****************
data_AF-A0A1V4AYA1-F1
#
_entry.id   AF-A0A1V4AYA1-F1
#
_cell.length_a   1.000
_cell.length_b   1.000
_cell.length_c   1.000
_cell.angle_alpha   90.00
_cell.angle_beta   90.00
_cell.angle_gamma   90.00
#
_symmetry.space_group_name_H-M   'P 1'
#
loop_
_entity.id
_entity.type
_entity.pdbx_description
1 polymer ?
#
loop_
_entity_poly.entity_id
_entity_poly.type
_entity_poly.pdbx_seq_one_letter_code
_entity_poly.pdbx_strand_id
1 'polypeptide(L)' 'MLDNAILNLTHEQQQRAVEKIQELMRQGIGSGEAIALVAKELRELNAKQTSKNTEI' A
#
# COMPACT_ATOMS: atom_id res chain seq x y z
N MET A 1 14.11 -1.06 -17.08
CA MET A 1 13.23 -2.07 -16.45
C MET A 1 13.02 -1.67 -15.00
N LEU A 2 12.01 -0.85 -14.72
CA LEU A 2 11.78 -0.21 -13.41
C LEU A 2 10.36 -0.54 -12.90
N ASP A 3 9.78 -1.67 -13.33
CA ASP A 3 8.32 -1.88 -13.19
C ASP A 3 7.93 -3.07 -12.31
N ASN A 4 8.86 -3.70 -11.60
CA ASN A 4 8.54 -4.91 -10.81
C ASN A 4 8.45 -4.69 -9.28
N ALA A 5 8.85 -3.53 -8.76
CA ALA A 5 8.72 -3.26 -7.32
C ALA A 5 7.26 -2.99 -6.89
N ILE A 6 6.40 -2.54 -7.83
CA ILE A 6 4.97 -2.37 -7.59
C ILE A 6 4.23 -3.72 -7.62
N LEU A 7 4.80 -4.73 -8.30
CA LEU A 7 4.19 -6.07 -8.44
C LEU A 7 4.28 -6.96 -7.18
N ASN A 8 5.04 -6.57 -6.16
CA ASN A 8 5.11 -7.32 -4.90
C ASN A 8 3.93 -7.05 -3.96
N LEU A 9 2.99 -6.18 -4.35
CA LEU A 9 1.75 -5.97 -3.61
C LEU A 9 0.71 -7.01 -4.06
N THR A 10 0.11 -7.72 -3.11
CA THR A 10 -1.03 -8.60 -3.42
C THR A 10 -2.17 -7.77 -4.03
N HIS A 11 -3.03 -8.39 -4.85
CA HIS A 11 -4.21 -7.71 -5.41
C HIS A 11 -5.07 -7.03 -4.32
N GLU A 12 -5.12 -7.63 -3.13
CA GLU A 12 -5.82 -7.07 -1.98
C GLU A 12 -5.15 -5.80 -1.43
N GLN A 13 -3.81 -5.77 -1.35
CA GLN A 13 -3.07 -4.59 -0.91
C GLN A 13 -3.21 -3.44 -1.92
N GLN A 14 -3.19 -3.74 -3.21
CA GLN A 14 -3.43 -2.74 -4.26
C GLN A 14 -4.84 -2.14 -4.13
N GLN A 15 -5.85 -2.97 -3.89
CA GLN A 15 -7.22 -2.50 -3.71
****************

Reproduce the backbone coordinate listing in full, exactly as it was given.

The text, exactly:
data_AF-A0A1V4AYA1-F1
#
_entry.id   AF-A0A1V4AYA1-F1
#
_cell.length_a   1.000
_cell.length_b   1.000
_cell.length_c   1.000
_cell.angle_alpha   90.00
_cell.angle_beta   90.00
_cell.angle_gamma   90.00
#
_symmetry.space_group_name_H-M   'P 1'
#
loop_
_entity.id
_entity.type
_entity.pdbx_description
1 polymer ?
#
loop_
_entity_poly.entity_id
_entity_poly.type
_entity_poly.pdbx_seq_one_letter_code
_entity_poly.pdbx_strand_id
1 'polypeptide(L)' 'MLDNAILNLTHEQQQRAVEKIQELMRQGIGSGEAIALVAKELRELNAKQTSKNTEI' A
#
# COMPACT_ATOMS: atom_id res chain seq x y z
N MET A 1 14.11 -1.06 -17.08
CA MET A 1 13.23 -2.07 -16.45
C MET A 1 13.02 -1.67 -15.00
N LEU A 2 12.01 -0.85 -14.72
CA LEU A 2 11.78 -0.21 -13.41
C LEU A 2 10.36 -0.54 -12.90
N ASP A 3 9.78 -1.67 -13.33
CA ASP A 3 8.32 -1.88 -13.19
C ASP A 3 7.93 -3.07 -12.31
N ASN A 4 8.86 -3.70 -11.60
CA ASN A 4 8.54 -4.91 -10.81
C ASN A 4 8.45 -4.69 -9.28
N ALA A 5 8.85 -3.53 -8.76
CA ALA A 5 8.72 -3.26 -7.32
C ALA A 5 7.26 -2.99 -6.89
N ILE A 6 6.40 -2.54 -7.83
CA ILE A 6 4.97 -2.37 -7.59
C ILE A 6 4.23 -3.72 -7.62
N LEU A 7 4.80 -4.73 -8.30
CA LEU A 7 4.19 -6.07 -8.44
C LEU A 7 4.28 -6.96 -7.18
N ASN A 8 5.04 -6.57 -6.16
CA ASN A 8 5.11 -7.32 -4.90
C ASN A 8 3.93 -7.05 -3.96
N LEU A 9 2.99 -6.18 -4.35
CA LEU A 9 1.75 -5.97 -3.61
C LEU A 9 0.71 -7.01 -4.06
N THR A 10 0.11 -7.72 -3.11
CA THR A 10 -1.03 -8.60 -3.42
C THR A 10 -2.17 -7.77 -4.03
N HIS A 11 -3.03 -8.39 -4.85
CA HIS A 11 -4.21 -7.71 -5.41
C HIS A 11 -5.07 -7.03 -4.32
N GLU A 12 -5.12 -7.63 -3.13
CA GLU A 12 -5.82 -7.07 -1.98
C GLU A 12 -5.15 -5.80 -1.43
N GLN A 13 -3.81 -5.77 -1.35
CA GLN A 13 -3.07 -4.59 -0.91
C GLN A 13 -3.21 -3.44 -1.92
N GLN A 14 -3.19 -3.74 -3.21
CA GLN A 14 -3.43 -2.74 -4.26
C GLN A 14 -4.84 -2.14 -4.13
N GLN A 15 -5.85 -2.97 -3.89
CA GLN A 15 -7.22 -2.50 -3.71